Deputy News Editor and Editor-in-Chief
The eight days of strikes over pensions, pay and working conditions have now ended, though the UCU warns that there may be further strike action in the new year.
The UCU has announced that they have received £100,000 in donations to their hardship fund, which is used to help vulnerable members whose salary is being withheld during the industrial action.
Jo Grady, the UCU general secretary, released a statement thanking people for their encouragement: "We are overwhelmed by the support we have received from students, sister trade unions and the general public, both on the picket lines and through their generous donations to our fighting fund.
"It is greatly appreciated and will only help to strengthen members' resolve in the fight for fair pay, secure work and decent, affordable pensions"
Grady also attended the picket lines in Glasgow at the start of the strike, as did Richard Leonard, the leader of Scottish Labour. Leonard also refused to appear on the Today programme held at Edinburgh University as he did not want to cross any picket lines.
Jeanette Findlay, president of the UCU Glasgow branch and a senior lecturer in Economics at Glasgow, made a speech on the last day of strike action, saying that although the pensions dispute is always going to be a national issue, the concerns over pay and working conditions can be addressed on the local level.
UCU Glasgow released a statement to The Glasgow Guardian, saying they had started negotiations with university management and thanked students for their support:
"We had a fantastic turnout on all eight days that saw around 150-200 picketers on each day. We received fabulous support from the students and our fellow trade unions. We also saw a very solid turnout at the Dumfries campus on each of the eight days.
"Our actions were successful in bringing the employers back to the negotiating table after previous talks had ended in an impasse which led to the dispute. These new negotiations are ongoing and we hope for a speedy resolution or agreement before next semester."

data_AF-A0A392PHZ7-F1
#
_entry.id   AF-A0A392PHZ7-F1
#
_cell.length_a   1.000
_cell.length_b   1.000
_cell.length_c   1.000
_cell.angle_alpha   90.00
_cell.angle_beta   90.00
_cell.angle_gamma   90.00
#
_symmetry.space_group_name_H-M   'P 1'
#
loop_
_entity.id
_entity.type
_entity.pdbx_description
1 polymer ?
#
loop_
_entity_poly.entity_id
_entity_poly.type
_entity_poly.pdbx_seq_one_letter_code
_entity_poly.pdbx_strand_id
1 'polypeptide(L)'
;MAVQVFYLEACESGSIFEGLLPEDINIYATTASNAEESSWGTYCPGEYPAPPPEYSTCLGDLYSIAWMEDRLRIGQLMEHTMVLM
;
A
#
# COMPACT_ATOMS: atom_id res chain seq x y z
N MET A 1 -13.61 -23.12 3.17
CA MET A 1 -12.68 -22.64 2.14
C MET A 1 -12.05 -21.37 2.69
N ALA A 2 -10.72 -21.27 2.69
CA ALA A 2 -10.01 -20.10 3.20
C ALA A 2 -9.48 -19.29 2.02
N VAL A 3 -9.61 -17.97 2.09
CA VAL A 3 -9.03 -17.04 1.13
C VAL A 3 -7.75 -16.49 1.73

They added that if there is no resolution, they are prepared to continue striking, though they hope that it will not come to it.
They also thanked the students and student societies who supported staff on strike and handed out teas and coffees on the picket lines, which had been donated by the QMU and SRC.
The Glasgow Guardian spoke to the University's Chief Operating Officer, David Duncan, about what the University was doing to support students and staff over the striking period, and what resolutions the University looked to offer.
"We have a good relationship with local representatives of UCU Glasgow and we will try to resolve local issues wherever possible. While we respect the democratic right to strike, we do not support the industrial action."
He continued: "On pay, all staff were awarded the 1.8% increase and more than half also benefited from an automatic annual increment which took their salary increase to just under 5%. Inflation is 1.7%. Could the University have afforded more? Probably yes; but pay is negotiated at the UK level and we have to go by the pace of the sector nationally, where many universities are in deficit."
When asked about the worries of postgraduate students who are active GTAs and rely on this as a source of income, Duncan said, "Two years ago we moved away from casual employment and created formal working contracts. Not every University across the sector had done this, however."
In relation to the practical help the University were going to offer students over the strikes, he commented that "we will make sure that no student is examined on material they have not been taught - so the December exam diet will be safe. There is also an appeals process if people are unhappy or feel they have been examined unfairly following the industrial action. Staff who are taking industrial action do not want to harm students and will do everything they can to ensure they are not disadvantaged by the dispute."
On the desired outcome of the strikes, "The University would prefer discussions and agreements rather than the industrial action. The ideal outcome would see UCU and employers nationally coming back to the table to discuss the 2020 pay award, but we don't see much movement possible over pensions. We believe the recent increases in pension contributions - 0.8% for staff and 1.6% for employers - were the best way to protect defined benefit pensions, and local UCU agreed with this."
He also wanted to assure students that the University will be putting the money saved on lecturer's wages over the striking period back to students. He stated that they will work closely with the SRC to decide how the money is spent, be it on the availability of more hardship funds or into student services provided by the University.
The eight days of UCU strikes are now over; however, union members and employers have yet to reach a resolution, which may lead to further action next semester.